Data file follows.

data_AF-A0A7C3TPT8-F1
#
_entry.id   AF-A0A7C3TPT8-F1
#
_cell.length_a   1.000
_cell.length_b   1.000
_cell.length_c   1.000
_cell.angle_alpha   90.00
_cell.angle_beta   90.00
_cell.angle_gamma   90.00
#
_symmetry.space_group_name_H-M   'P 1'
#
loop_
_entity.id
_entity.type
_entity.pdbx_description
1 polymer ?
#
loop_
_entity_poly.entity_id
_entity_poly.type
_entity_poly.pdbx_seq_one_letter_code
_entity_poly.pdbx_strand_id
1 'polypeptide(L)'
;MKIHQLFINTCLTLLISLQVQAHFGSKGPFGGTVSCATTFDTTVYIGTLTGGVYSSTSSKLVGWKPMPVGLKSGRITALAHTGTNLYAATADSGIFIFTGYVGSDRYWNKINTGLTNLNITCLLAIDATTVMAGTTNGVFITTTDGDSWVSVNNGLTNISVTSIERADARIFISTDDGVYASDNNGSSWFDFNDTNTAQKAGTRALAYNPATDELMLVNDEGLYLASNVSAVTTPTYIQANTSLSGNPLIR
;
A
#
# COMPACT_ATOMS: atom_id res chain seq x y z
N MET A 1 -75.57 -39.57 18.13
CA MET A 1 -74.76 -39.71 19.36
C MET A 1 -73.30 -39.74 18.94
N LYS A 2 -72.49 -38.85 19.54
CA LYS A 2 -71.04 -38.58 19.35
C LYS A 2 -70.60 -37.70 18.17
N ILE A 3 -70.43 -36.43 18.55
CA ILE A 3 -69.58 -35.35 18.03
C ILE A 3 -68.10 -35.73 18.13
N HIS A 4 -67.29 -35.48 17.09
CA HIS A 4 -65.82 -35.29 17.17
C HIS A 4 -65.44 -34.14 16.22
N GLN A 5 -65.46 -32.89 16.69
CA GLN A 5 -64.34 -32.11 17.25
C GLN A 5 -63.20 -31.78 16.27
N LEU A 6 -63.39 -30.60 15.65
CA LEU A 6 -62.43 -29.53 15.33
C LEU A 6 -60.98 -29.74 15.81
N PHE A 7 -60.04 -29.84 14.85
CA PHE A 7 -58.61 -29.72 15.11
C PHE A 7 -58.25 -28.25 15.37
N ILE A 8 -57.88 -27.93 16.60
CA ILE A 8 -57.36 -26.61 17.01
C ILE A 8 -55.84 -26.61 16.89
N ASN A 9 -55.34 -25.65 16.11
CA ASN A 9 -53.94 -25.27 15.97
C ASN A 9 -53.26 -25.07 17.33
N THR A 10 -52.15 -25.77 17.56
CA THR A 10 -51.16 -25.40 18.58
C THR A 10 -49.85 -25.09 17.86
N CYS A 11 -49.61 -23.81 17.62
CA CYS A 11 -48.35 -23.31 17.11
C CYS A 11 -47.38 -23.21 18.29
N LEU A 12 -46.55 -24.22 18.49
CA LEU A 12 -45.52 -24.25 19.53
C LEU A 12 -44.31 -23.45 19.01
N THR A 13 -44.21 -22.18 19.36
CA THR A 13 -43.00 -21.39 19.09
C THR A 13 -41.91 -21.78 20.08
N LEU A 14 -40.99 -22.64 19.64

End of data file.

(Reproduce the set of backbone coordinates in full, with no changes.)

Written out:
data_AF-A0A7C3TPT8-F1
#
_entry.id   AF-A0A7C3TPT8-F1
#
_cell.length_a   1.000
_cell.length_b   1.000
_cell.length_c   1.000
_cell.angle_alpha   90.00
_cell.angle_beta   90.00
_cell.angle_gamma   90.00
#
_symmetry.space_group_name_H-M   'P 1'
#
loop_
_entity.id
_entity.type
_entity.pdbx_description
1 polymer ?
#
loop_
_entity_poly.entity_id
_entity_poly.type
_entity_poly.pdbx_seq_one_letter_code
_entity_poly.pdbx_strand_id
1 'polypeptide(L)'
;MKIHQLFINTCLTLLISLQVQAHFGSKGPFGGTVSCATTFDTTVYIGTLTGGVYSSTSSKLVGWKPMPVGLKSGRITALAHTGTNLYAATADSGIFIFTGYVGSDRYWNKINTGLTNLNITCLLAIDATTVMAGTTNGVFITTTDGDSWVSVNNGLTNISVTSIERADARIFISTDDGVYASDNNGSSWFDFNDTNTAQKAGTRALAYNPATDELMLVNDEGLYLASNVSAVTTPTYIQANTSLSGNPLIR
;
A
#
# COMPACT_ATOMS: atom_id res chain seq x y z
N MET A 1 -75.57 -39.57 18.13
CA MET A 1 -74.76 -39.71 19.36
C MET A 1 -73.30 -39.74 18.94
N LYS A 2 -72.49 -38.85 19.54
CA LYS A 2 -71.04 -38.58 19.35
C LYS A 2 -70.60 -37.70 18.17
N ILE A 3 -70.43 -36.43 18.55
CA ILE A 3 -69.58 -35.35 18.03
C ILE A 3 -68.10 -35.73 18.13
N HIS A 4 -67.29 -35.48 17.09
CA HIS A 4 -65.82 -35.29 17.17
C HIS A 4 -65.44 -34.14 16.22
N GLN A 5 -65.46 -32.89 16.69
CA GLN A 5 -64.34 -32.11 17.25
C GLN A 5 -63.20 -31.78 16.27
N LEU A 6 -63.39 -30.60 15.65
CA LEU A 6 -62.43 -29.53 15.33
C LEU A 6 -60.98 -29.74 15.81
N PHE A 7 -60.04 -29.84 14.85
CA PHE A 7 -58.61 -29.72 15.11
C PHE A 7 -58.25 -28.25 15.37
N ILE A 8 -57.88 -27.93 16.60
CA ILE A 8 -57.36 -26.61 17.01
C ILE A 8 -55.84 -26.61 16.89
N ASN A 9 -55.34 -25.65 16.11
CA ASN A 9 -53.94 -25.27 15.97
C ASN A 9 -53.26 -25.07 17.33
N THR A 10 -52.15 -25.77 17.56
CA THR A 10 -51.16 -25.40 18.58
C THR A 10 -49.85 -25.09 17.86
N CYS A 11 -49.61 -23.81 17.62
CA CYS A 11 -48.35 -23.31 17.11
C CYS A 11 -47.38 -23.21 18.29
N LEU A 12 -46.55 -24.22 18.49
CA LEU A 12 -45.52 -24.25 19.53
C LEU A 12 -44.31 -23.45 19.01
N THR A 13 -44.21 -22.18 19.36
CA THR A 13 -43.00 -21.39 19.09
C THR A 13 -41.91 -21.78 20.08
N LEU A 14 -40.99 -22.64 19.64